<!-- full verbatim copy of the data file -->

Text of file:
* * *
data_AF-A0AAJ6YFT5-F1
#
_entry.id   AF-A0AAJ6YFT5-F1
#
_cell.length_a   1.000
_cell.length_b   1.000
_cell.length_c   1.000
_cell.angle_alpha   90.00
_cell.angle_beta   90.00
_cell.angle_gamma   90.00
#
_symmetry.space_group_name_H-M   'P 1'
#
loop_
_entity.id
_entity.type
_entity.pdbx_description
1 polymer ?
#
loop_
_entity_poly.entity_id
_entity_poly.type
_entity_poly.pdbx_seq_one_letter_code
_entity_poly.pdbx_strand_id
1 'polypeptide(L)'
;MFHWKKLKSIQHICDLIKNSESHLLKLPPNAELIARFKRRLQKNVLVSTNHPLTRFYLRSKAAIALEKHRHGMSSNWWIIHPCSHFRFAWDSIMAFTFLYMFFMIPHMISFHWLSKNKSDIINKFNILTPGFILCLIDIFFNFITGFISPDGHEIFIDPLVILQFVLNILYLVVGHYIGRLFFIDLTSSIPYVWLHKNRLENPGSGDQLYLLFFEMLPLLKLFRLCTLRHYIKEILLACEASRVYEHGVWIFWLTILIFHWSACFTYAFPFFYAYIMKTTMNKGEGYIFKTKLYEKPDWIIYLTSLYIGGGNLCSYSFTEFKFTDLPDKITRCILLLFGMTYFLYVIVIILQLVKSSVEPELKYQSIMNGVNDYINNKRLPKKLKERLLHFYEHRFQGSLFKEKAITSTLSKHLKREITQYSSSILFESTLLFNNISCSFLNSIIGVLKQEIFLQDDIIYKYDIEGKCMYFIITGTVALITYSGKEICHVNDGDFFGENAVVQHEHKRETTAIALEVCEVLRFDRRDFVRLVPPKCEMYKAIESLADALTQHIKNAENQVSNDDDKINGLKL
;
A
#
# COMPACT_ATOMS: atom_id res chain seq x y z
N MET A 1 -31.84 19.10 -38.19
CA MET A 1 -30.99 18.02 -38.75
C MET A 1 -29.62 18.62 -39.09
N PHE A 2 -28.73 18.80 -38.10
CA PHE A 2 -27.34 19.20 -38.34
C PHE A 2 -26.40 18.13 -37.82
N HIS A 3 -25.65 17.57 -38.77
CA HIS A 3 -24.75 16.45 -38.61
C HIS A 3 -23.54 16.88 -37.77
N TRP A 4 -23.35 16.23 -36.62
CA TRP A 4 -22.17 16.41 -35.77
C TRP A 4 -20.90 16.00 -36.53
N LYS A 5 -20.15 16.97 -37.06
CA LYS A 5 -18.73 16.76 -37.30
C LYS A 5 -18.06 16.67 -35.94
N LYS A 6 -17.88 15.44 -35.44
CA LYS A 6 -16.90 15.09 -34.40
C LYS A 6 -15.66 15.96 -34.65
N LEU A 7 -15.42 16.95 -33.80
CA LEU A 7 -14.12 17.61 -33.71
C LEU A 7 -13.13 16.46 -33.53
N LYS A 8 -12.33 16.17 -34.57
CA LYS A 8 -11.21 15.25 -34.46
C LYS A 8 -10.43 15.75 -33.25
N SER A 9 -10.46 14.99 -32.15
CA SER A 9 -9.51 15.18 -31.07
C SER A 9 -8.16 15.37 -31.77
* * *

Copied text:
data_AF-A0AAJ6YFT5-F1
#
_entry.id   AF-A0AAJ6YFT5-F1
#
_cell.length_a   1.000
_cell.length_b   1.000
_cell.length_c   1.000
_cell.angle_alpha   90.00
_cell.angle_beta   90.00
_cell.angle_gamma   90.00
#
_symmetry.space_group_name_H-M   'P 1'
#
loop_
_entity.id
_entity.type
_entity.pdbx_description
1 polymer ?
#
loop_
_entity_poly.entity_id
_entity_poly.type
_entity_poly.pdbx_seq_one_letter_code
_entity_poly.pdbx_strand_id
1 'polypeptide(L)'
;MFHWKKLKSIQHICDLIKNSESHLLKLPPNAELIARFKRRLQKNVLVSTNHPLTRFYLRSKAAIALEKHRHGMSSNWWIIHPCSHFRFAWDSIMAFTFLYMFFMIPHMISFHWLSKNKSDIINKFNILTPGFILCLIDIFFNFITGFISPDGHEIFIDPLVILQFVLNILYLVVGHYIGRLFFIDLTSSIPYVWLHKNRLENPGSGDQLYLLFFEMLPLLKLFRLCTLRHYIKEILLACEASRVYEHGVWIFWLTILIFHWSACFTYAFPFFYAYIMKTTMNKGEGYIFKTKLYEKPDWIIYLTSLYIGGGNLCSYSFTEFKFTDLPDKITRCILLLFGMTYFLYVIVIILQLVKSSVEPELKYQSIMNGVNDYINNKRLPKKLKERLLHFYEHRFQGSLFKEKAITSTLSKHLKREITQYSSSILFESTLLFNNISCSFLNSIIGVLKQEIFLQDDIIYKYDIEGKCMYFIITGTVALITYSGKEICHVNDGDFFGENAVVQHEHKRETTAIALEVCEVLRFDRRDFVRLVPPKCEMYKAIESLADALTQHIKNAENQVSNDDDKINGLKL
;
A
#
# COMPACT_ATOMS: atom_id res chain seq x y z
N MET A 1 -31.84 19.10 -38.19
CA MET A 1 -30.99 18.02 -38.75
C MET A 1 -29.62 18.62 -39.09
N PHE A 2 -28.73 18.80 -38.10
CA PHE A 2 -27.34 19.20 -38.34
C PHE A 2 -26.40 18.13 -37.82
N HIS A 3 -25.65 17.57 -38.77
CA HIS A 3 -24.75 16.45 -38.61
C HIS A 3 -23.54 16.88 -37.77
N TRP A 4 -23.35 16.23 -36.62
CA TRP A 4 -22.17 16.41 -35.77
C TRP A 4 -20.90 16.00 -36.53
N LYS A 5 -20.15 16.97 -37.06
CA LYS A 5 -18.73 16.76 -37.30
C LYS A 5 -18.06 16.67 -35.94
N LYS A 6 -17.88 15.44 -35.44
CA LYS A 6 -16.90 15.09 -34.40
C LYS A 6 -15.66 15.96 -34.65
N LEU A 7 -15.42 16.95 -33.80
CA LEU A 7 -14.12 17.61 -33.71
C LEU A 7 -13.13 16.46 -33.53
N LYS A 8 -12.33 16.17 -34.57
CA LYS A 8 -11.21 15.25 -34.46
C LYS A 8 -10.43 15.75 -33.25
N SER A 9 -10.46 14.99 -32.15
CA SER A 9 -9.51 15.18 -31.07
C SER A 9 -8.16 15.37 -31.77